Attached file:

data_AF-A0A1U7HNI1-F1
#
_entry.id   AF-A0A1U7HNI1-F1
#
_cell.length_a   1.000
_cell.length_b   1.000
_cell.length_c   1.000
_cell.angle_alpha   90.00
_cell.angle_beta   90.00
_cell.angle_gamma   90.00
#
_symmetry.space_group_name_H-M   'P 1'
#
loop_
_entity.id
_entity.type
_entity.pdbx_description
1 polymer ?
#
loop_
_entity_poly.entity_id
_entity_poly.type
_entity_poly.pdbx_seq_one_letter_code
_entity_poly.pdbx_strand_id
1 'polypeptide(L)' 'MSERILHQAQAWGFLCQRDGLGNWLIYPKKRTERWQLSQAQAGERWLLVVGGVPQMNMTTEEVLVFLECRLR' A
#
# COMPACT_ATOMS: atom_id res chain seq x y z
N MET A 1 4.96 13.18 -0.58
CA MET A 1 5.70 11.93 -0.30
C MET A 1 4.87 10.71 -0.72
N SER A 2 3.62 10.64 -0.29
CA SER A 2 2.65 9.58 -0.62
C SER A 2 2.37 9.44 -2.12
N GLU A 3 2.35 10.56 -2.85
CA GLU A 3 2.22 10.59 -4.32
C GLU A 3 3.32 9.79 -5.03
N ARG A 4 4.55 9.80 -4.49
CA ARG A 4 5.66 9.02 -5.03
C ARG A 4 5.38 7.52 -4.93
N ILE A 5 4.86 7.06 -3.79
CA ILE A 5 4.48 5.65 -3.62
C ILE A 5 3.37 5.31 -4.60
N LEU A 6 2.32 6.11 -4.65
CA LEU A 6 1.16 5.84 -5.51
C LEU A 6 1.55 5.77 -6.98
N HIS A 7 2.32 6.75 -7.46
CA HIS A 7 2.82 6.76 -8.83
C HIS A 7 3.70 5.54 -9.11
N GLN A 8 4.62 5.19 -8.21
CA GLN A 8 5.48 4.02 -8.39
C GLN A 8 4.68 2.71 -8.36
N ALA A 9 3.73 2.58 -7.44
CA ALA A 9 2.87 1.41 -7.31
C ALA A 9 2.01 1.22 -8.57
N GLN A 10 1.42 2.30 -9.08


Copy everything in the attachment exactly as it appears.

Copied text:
data_AF-A0A1U7HNI1-F1
#
_entry.id   AF-A0A1U7HNI1-F1
#
_cell.length_a   1.000
_cell.length_b   1.000
_cell.length_c   1.000
_cell.angle_alpha   90.00
_cell.angle_beta   90.00
_cell.angle_gamma   90.00
#
_symmetry.space_group_name_H-M   'P 1'
#
loop_
_entity.id
_entity.type
_entity.pdbx_description
1 polymer ?
#
loop_
_entity_poly.entity_id
_entity_poly.type
_entity_poly.pdbx_seq_one_letter_code
_entity_poly.pdbx_strand_id
1 'polypeptide(L)' 'MSERILHQAQAWGFLCQRDGLGNWLIYPKKRTERWQLSQAQAGERWLLVVGGVPQMNMTTEEVLVFLECRLR' A
#
# COMPACT_ATOMS: atom_id res chain seq x y z
N MET A 1 4.96 13.18 -0.58
CA MET A 1 5.70 11.93 -0.30
C MET A 1 4.87 10.71 -0.72
N SER A 2 3.62 10.64 -0.29
CA SER A 2 2.65 9.58 -0.62
C SER A 2 2.37 9.44 -2.12
N GLU A 3 2.35 10.56 -2.85
CA GLU A 3 2.22 10.59 -4.32
C GLU A 3 3.32 9.79 -5.03
N ARG A 4 4.55 9.80 -4.49
CA ARG A 4 5.66 9.02 -5.03
C ARG A 4 5.38 7.52 -4.93
N ILE A 5 4.86 7.06 -3.79
CA ILE A 5 4.48 5.65 -3.62
C ILE A 5 3.37 5.31 -4.60
N LEU A 6 2.32 6.11 -4.65
CA LEU A 6 1.16 5.84 -5.51
C LEU A 6 1.55 5.77 -6.98
N HIS A 7 2.32 6.75 -7.46
CA HIS A 7 2.82 6.76 -8.83
C HIS A 7 3.70 5.54 -9.11
N GLN A 8 4.62 5.19 -8.21
CA GLN A 8 5.48 4.02 -8.39
C GLN A 8 4.68 2.71 -8.36
N ALA A 9 3.73 2.58 -7.44
CA ALA A 9 2.87 1.41 -7.31
C ALA A 9 2.01 1.22 -8.57
N GLN A 10 1.42 2.30 -9.08